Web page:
Policy Memos

Avoiding the Great Game and Domestic Unrest in Eurasia

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Central Asia’s growing instability has opened the region to a host of would-be political entrepreneurs. The March and May 2005 uprisings in Kyrgyzstan and Uzbekistan underscored the weakness of Eurasian authoritarianism and emboldened both domestic and international actors to stake new claims in Central Asia’s increasingly uncertain political landscape. Some of these actors seek deepened political and economic reform. Others, however, are engaged in power struggles with little concern for anything but immediate local and geopolitical interests. Who ultimately wins these struggles—extremists, reformists, or newly resurgent great powers—will be shaped by U.S. engagement in the region and, equally important, by Washington’s cooperation or great power competition with Moscow in post-Soviet Central Asia. [...]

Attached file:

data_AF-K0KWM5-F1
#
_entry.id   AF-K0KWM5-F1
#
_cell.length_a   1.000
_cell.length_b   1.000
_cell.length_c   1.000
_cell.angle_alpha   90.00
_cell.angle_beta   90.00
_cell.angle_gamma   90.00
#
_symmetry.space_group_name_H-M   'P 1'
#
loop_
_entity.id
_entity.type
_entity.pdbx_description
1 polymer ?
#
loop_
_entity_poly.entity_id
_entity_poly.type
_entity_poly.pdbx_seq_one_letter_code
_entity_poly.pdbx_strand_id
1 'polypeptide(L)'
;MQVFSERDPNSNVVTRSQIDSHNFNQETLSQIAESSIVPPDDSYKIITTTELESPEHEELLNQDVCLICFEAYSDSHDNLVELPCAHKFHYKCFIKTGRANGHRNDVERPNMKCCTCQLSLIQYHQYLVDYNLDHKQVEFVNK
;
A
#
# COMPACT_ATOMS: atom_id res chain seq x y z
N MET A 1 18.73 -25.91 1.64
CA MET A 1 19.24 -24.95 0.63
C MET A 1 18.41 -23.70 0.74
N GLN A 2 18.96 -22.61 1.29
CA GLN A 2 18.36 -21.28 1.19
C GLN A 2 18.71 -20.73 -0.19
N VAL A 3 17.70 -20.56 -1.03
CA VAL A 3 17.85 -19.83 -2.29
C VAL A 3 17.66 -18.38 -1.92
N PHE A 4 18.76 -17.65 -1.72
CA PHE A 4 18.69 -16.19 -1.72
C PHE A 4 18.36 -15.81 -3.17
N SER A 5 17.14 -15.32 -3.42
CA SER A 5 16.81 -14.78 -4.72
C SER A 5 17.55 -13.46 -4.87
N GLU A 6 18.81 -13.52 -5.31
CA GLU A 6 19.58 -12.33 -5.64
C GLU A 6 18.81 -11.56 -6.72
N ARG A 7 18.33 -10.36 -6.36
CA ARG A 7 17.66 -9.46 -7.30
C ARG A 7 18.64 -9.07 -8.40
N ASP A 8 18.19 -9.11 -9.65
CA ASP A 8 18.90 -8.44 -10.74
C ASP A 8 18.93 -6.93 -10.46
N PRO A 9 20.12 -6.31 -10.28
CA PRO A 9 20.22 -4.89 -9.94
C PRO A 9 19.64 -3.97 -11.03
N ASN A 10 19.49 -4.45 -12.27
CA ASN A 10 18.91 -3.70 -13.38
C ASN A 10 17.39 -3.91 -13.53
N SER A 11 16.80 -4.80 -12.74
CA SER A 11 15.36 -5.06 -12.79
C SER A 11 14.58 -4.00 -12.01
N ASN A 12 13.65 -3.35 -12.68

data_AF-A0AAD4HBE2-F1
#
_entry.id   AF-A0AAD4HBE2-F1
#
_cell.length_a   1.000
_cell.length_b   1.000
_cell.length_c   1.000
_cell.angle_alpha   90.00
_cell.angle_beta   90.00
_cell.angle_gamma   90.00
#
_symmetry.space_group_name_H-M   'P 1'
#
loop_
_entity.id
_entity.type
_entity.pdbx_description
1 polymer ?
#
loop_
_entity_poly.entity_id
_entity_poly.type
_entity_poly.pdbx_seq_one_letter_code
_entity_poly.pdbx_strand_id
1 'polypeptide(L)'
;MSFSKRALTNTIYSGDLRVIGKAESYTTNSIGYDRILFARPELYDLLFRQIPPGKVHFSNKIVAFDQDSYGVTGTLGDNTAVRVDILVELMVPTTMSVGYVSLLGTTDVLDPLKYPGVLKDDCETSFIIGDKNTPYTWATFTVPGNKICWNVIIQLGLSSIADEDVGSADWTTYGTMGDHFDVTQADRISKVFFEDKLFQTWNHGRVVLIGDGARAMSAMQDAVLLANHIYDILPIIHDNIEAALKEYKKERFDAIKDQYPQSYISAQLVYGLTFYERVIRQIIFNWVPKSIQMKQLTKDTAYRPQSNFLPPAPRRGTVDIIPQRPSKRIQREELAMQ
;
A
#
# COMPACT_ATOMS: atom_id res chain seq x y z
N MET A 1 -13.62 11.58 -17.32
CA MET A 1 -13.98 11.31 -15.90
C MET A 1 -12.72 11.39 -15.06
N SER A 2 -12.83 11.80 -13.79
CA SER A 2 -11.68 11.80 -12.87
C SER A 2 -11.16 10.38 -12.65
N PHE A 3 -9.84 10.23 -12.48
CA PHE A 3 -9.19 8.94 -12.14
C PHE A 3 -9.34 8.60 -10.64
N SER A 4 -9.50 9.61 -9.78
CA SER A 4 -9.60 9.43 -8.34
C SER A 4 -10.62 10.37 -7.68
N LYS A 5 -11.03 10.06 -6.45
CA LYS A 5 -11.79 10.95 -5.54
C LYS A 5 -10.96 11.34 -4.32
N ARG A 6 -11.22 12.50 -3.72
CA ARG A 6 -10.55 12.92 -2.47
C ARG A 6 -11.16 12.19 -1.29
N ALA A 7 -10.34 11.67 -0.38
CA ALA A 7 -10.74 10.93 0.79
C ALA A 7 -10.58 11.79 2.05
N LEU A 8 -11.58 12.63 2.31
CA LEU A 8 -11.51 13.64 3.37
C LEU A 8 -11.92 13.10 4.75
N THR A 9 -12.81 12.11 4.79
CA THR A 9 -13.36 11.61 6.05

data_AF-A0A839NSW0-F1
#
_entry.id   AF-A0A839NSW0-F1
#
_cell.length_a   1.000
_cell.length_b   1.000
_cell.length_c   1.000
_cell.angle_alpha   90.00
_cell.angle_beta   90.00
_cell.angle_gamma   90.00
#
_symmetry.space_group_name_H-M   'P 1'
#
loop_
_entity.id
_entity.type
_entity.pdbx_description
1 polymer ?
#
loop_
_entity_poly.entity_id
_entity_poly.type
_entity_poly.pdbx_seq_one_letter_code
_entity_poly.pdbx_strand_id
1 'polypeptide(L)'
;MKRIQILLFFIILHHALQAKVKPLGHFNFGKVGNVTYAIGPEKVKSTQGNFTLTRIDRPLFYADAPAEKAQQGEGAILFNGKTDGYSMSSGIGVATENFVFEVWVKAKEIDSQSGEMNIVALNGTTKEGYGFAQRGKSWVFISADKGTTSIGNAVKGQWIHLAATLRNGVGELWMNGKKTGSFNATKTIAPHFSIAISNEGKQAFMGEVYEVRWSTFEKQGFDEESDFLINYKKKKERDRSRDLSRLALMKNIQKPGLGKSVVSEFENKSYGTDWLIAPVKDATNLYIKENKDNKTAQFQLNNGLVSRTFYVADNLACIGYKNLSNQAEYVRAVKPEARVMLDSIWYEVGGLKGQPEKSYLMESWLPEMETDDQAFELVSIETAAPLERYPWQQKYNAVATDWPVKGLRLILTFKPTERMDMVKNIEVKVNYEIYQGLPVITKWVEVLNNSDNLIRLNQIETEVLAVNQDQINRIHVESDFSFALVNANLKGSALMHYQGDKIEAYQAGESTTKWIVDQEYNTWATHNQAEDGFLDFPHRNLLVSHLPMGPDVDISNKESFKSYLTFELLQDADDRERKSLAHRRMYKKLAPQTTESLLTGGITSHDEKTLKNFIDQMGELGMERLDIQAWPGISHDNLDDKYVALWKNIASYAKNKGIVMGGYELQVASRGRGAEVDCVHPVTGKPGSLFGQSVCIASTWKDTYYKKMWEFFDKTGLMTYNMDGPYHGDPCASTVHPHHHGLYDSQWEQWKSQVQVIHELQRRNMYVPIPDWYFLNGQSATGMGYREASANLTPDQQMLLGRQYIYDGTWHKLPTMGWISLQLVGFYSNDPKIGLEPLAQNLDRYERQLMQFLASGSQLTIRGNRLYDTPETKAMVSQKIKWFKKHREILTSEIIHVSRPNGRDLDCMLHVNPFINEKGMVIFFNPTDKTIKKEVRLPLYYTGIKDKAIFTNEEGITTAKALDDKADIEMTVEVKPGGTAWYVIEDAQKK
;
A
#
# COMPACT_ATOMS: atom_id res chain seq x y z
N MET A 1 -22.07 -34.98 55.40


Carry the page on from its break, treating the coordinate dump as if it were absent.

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About the author

Associate Professor; School of Policy, Government, and International Affairs
George Mason University